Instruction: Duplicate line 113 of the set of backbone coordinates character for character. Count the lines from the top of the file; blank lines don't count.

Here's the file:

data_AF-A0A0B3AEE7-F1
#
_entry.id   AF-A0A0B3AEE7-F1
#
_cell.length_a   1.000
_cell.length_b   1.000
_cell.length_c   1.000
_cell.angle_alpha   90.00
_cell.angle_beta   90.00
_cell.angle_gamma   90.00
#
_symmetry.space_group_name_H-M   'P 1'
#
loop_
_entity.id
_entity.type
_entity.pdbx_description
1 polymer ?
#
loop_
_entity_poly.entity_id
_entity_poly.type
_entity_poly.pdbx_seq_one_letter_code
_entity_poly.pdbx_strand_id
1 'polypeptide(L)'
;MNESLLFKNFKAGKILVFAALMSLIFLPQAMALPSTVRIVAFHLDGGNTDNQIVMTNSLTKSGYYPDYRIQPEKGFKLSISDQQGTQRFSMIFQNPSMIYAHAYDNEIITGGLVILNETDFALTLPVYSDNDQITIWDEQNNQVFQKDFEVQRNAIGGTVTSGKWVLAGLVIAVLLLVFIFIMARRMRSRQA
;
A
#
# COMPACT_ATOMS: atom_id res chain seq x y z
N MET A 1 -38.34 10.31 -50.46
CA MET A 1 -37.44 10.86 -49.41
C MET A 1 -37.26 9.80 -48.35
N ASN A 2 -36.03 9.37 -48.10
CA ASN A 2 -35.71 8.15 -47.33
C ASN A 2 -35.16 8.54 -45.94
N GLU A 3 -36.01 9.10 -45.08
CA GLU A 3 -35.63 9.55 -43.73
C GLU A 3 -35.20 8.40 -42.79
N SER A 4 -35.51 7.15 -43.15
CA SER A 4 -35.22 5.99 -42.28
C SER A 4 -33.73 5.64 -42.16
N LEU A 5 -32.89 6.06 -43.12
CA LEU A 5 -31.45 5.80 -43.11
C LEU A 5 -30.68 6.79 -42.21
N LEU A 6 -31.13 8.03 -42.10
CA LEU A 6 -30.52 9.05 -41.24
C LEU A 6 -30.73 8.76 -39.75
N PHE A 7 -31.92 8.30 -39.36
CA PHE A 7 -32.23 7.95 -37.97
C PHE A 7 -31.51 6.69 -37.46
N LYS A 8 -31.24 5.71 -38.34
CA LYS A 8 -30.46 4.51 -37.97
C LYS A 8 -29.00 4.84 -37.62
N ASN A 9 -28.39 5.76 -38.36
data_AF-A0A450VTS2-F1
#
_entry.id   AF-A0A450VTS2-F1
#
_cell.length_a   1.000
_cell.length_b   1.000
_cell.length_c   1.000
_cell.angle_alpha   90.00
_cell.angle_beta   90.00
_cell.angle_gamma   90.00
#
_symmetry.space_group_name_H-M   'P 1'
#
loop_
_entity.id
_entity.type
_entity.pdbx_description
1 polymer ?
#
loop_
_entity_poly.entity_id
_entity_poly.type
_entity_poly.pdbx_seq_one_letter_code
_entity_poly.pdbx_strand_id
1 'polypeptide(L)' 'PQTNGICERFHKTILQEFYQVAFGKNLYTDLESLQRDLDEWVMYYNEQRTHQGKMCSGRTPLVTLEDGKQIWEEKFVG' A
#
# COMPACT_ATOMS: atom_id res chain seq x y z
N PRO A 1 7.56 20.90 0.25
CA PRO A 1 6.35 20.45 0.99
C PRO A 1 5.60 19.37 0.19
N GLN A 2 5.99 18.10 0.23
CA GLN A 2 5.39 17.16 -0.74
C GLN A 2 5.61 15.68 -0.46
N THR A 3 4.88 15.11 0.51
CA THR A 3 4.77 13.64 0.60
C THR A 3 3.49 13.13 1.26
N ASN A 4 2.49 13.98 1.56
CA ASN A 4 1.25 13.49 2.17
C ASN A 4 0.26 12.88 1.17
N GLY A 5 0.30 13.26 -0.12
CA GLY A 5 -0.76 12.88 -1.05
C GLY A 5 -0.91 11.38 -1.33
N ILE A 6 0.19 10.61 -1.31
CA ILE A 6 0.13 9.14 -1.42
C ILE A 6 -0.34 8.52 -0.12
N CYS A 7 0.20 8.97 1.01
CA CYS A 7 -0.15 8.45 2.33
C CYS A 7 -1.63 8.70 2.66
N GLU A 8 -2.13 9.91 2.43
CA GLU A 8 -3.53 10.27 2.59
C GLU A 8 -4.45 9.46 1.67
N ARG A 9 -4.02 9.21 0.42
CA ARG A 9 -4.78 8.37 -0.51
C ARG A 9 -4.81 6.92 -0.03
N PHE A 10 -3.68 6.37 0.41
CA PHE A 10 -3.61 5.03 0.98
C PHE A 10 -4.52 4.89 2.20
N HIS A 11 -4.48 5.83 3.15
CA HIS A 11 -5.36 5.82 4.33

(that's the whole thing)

N HIS A 11 -4.48 5.83 3.15